Thursday, March 19, 2015

Daily Thoughts 03/19/2015

Artist Unknown, 1800, Bookshelves, National Museum of Korea

Daily Thoughts 03/19/2015

I read some more of Job U.  The author Nicholas Wyman started his career as an apprentice chef, then went back to school and got a Masters in Business Administration.  The book shows many different career paths through education.  For example Volkswagen has an apprenticeship as an Automotive Technician which leads to a job at the factory, then later people who went through the same apprenticeship can apply for a bachelors degree in engineering and business administration.  This reminds me of the practice of many people who go into nursing who first get a medical assistants degree, work as a medical assistant, then go to school to become an licensed practical nurse.

I checked the library Twitter and Facebook this morning.

I also checked the gift books and the displays this morning.

I put the book, Information Doesn't Want to Be Free: Laws for the Internet Age by Cory Doctorow on hold.  It should be interesting reading.

I spent some time working on a list of material that has not circulated in the last five years.

I read through a copy of Library Journal and the latest Ingram Advance.

I have been discussing the purpose of the computer classes with a variety of people.  I am reminding them that the program is focused on digital literacy.  Two examples of sites that do this for libraries are  Digital Learn, and  Digital New York.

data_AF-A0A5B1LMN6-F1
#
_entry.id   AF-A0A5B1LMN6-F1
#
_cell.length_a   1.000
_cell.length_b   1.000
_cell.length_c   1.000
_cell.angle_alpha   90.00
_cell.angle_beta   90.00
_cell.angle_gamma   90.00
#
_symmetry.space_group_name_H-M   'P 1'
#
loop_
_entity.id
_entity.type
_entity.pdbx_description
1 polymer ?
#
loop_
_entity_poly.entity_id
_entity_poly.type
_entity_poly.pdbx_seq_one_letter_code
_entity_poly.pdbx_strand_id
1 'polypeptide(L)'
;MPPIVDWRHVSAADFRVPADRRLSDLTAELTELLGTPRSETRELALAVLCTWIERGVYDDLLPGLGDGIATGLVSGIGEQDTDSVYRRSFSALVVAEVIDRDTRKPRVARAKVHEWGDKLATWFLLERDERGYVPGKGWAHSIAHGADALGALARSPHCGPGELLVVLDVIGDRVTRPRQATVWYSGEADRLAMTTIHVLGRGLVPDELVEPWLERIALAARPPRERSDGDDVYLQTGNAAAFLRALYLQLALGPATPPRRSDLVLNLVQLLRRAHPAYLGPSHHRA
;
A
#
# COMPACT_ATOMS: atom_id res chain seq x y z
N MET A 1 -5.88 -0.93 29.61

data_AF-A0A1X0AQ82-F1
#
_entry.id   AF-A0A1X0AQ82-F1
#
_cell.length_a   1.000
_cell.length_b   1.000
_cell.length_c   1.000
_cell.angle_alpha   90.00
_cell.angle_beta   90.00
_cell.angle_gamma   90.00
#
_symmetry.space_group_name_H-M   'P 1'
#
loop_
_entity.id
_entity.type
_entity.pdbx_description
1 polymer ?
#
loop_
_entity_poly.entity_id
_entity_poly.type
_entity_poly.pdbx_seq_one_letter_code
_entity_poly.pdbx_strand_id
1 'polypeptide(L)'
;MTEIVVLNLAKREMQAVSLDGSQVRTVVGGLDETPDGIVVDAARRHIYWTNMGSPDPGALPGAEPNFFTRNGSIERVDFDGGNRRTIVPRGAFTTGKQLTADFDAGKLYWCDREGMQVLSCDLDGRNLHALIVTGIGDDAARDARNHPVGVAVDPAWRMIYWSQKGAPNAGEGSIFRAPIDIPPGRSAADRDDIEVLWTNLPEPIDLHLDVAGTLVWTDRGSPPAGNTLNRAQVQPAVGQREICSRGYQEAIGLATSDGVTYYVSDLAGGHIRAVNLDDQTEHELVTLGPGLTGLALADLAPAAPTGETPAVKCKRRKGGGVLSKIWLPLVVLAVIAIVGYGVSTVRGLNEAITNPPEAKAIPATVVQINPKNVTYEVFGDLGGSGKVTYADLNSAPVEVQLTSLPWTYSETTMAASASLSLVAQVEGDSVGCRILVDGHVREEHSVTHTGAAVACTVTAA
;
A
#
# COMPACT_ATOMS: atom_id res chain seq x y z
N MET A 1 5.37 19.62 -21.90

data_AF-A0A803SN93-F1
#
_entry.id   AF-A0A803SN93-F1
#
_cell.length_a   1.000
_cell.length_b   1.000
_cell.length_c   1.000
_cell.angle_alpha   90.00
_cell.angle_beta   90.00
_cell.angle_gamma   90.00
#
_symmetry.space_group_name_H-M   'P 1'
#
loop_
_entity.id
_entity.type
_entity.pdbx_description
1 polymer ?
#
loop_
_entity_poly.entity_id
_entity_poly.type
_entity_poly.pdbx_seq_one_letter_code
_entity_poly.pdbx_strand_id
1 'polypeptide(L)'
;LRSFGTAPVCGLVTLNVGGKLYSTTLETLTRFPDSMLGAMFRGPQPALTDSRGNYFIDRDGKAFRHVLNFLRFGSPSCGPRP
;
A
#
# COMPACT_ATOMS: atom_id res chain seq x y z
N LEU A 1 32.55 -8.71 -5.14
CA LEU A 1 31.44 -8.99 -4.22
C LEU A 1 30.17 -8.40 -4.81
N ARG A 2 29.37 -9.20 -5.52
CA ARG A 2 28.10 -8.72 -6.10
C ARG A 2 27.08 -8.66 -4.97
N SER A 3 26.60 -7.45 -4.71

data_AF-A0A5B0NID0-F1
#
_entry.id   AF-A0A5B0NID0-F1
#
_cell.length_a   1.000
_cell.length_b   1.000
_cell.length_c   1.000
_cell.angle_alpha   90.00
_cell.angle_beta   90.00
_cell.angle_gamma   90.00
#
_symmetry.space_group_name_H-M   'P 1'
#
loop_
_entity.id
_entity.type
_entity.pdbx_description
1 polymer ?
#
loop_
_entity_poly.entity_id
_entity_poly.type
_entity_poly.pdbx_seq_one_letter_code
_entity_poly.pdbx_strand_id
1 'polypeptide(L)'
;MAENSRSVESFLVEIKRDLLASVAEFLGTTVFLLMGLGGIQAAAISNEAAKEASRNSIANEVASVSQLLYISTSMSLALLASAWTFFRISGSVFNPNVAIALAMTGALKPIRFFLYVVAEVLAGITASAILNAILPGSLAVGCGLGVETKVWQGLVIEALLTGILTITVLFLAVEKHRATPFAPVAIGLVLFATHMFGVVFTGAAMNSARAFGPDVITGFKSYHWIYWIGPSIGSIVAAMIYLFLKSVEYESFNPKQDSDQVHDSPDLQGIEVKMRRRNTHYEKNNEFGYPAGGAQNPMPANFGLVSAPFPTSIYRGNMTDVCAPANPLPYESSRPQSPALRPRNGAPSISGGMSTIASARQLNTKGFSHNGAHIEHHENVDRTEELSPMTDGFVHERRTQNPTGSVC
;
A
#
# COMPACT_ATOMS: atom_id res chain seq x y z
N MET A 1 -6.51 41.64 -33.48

I looked at Hoopla Digital today.  I watched a little bit of Freakonomics the movie which is also a book and listed to the track Money from Pink Floyd Dark Side of the Moon Remastered.  The service appears to be fairly good.

I also spent some time looking through the Escape The Ordinary 2015 Summer Reading Manual.  A theme which was not covered is heroes in history.  There was also no steampunk which could be interesting.

On the way home, I finished reading Job U How To Find Wealth and Success By Developing the Skills Companies Actually Need by Nicholas Wyman.  This is an argument for skills based education.  It challenges the notion that going to college is always the best thing for people.  There is some material on MOOCs Massive Open Online Classes towards the end as well as certifications.  The argument is well presented.  There is an index and notes at the back of the book.

Web Bits

Rakuten to Buy Overdrive

What Happens When You Give a Wikipedia Editor A Research Library?
Someone Keeps Photocopying Their Cat at the University of Wisconsin Library
A classic prank.

No comments: